by Shubha Ghosh, Crandall Melvin Professor of Law and Director, Technology Commercialization Curricular Program and SIPLI
It has been a busy three months, and I finally have a chance to catch up on what was promised to be monthly newsletters. The last newsletter, sent in October, covered activities for the months of September and October, including conference travel to Beijing and Tokyo, as well as research and teaching activities in the US. November brought the National Association of College and University Attorneys (NACUA) meeting in Washington, D.C., with a deep dive into intellectual property issues facing universities and colleges, including changes to the Bayh-Dole Act, regulatory issues surrounding research on marijuana, and the ongoing debate over university intellectual property litigation. At NACUA, I spoke on a panel focusing on Patent Litigation Financing Entities and their benefits and risks for universities. I concluded that there were more risks than benefits, given the negative publicity often associated with patent litigation and the merits of patent litigation brought by universities. Patent Litigation Financing Entities take a large share of the proceeds from litigation, and often universities are in a better position to manage patent disputes without entering into protracted court battles. Although there may be some financial benefits in Financing Entities supporting universities when their patents are being challenged in IPR proceedings, universities are still better off in managing administrative proceedings on their own. For those interested in the topic, a recording of the panel is available on the NACUA website for those who are members.
In December, I was invited to participate on a panel at the World Trade Organization dedicated to my recent book on exhaustion of IIP rights. Further information about the book can be found here and a link to a recording of the panel can be viewed here. The two hour panel engaged professionals from the WTO and WIPO and covered a range of topics: intellectual property rights and international trade, contractual restrictions on use and sale of intellectual property, price discrimination business strategies, the pricing of pharmaceuticals, geoblocking of digital contact, and the relationship among intellectual property, contract, and property more broadly. The range of topics reflect the breadth and depth of the book, which includes an explanation of the exhaustion doctrine, its relationship to international trade, a detailed discussion of how different countries have implemented the exhaustion doctrine, and how intellectual property owners manages the exhaustion doctrine through contract.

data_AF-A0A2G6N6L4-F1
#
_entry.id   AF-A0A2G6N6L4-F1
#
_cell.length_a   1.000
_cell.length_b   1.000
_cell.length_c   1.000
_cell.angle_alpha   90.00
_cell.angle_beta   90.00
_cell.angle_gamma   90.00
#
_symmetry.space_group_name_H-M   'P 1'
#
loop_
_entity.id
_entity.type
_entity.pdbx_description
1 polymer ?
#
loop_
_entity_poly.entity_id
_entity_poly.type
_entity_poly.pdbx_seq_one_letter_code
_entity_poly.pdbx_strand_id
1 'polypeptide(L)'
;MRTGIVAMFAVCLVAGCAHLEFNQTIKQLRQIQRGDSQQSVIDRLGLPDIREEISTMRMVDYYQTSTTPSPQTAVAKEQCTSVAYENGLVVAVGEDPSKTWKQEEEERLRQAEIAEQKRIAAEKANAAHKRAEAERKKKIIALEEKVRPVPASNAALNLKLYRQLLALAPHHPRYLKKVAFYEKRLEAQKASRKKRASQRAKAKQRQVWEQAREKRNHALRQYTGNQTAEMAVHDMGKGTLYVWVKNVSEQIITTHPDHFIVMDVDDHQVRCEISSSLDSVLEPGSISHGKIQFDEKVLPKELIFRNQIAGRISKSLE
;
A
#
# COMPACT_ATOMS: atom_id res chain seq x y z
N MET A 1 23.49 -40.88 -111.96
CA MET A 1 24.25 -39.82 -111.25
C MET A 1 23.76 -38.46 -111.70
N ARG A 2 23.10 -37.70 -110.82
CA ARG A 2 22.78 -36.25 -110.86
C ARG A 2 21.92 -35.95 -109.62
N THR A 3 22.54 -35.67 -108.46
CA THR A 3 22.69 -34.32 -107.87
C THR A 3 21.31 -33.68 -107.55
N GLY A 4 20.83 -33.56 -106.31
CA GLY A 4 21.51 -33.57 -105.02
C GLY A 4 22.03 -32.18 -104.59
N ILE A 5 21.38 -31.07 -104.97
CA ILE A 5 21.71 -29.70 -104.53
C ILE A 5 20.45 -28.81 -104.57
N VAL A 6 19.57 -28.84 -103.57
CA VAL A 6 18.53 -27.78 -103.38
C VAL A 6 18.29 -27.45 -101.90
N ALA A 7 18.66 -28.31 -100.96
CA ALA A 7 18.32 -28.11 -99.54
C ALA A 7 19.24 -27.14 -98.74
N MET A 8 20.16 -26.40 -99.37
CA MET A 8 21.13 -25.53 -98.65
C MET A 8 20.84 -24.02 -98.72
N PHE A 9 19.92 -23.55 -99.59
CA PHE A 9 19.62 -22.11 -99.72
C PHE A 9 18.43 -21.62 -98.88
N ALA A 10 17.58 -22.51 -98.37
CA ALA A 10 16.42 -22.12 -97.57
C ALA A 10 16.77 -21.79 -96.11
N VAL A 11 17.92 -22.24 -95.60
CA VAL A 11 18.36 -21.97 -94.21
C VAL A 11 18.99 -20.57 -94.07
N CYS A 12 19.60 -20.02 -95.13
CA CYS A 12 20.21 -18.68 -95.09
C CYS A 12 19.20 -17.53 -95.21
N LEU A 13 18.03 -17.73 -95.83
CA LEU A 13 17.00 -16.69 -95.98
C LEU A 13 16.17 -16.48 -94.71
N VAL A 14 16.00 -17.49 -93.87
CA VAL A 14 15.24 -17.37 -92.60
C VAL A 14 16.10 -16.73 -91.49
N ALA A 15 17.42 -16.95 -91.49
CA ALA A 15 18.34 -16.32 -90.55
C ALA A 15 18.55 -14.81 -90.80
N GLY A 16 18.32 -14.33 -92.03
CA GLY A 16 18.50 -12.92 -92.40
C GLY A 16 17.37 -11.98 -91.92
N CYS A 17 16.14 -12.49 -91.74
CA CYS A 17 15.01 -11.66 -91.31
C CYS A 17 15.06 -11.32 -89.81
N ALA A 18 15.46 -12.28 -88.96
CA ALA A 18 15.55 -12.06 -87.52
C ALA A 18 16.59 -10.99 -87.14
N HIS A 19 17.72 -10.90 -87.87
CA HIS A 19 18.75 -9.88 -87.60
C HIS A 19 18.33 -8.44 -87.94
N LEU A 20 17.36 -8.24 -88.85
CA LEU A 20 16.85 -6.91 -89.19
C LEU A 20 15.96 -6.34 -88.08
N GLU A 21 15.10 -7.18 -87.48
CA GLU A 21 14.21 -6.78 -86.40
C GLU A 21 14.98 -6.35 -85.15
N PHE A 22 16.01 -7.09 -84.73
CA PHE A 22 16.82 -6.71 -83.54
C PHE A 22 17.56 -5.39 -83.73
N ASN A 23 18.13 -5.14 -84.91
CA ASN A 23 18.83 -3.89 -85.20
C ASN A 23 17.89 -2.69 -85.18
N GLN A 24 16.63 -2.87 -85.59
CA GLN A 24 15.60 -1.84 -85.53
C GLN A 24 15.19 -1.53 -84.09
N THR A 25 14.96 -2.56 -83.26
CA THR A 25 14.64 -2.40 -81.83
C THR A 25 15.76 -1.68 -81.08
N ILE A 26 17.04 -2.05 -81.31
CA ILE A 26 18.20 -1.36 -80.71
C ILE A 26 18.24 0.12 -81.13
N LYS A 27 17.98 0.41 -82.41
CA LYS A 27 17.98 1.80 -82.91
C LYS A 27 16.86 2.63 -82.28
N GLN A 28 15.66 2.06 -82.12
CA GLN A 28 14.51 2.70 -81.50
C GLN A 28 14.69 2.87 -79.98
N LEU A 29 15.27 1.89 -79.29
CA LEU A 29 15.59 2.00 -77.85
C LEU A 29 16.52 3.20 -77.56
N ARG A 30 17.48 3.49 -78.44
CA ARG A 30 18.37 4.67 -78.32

The discussion of the book continued at the annual meeting of the Association of American Law Schools (AALS), held in January in New Orleans. The two hour panel at the annual meeting centered on contractual restraints on use and sale placed on products containing intellectual property (digital books, software, pharmaceuticals). While the Supreme Court takes a strong position against such contractual restraints in two recent decisions (Lexmark and Kirstaeng), in practice restraints are used quite frequently to protect the quality of the product and to limit reuse. Courts need to confront when such restraints are reasonable and how contractual remedies need to be designed to balance the interests of the intellectual property owner and purchasers. Legislatures also need to be proactive.
Research and teaching activities also filled the last few months and abound in the next few. An invited presentation at the University of Tasmania in February will provide an opportunity to engage with practitioners and scholars in Australia on issues involving creativity and intellectual property policy. In April, an invited presentation at NYU Law School will address question of custom fit in the fashion industry and the controversial practice of patenting body types and methods for personalizing tailoring. This research shows that “personalized fashion” offers as many potential traps as “personalized medicine,” another topic I have written on. The presentation will address broader questions of standards and standardization in the clothing industry. Other professional travel includes a trip to Poland in May to visit Syracuse’s partner university and travel to Hamburg to work with colleagues at Bucerius University.
Writing projects over the next few months include a book chapter on patenting technologies to aid the visually impaired (for Oxford), updates to the treatise Understanding Intellectual Property (for Lexis/Nexis), and a two hundred or so page treatise on Law and Entrepreneurship (for Elgar). Updates will follow as well as interesting developments in teaching and student writing projects. Please look out for the next newsletter, which will be more timely!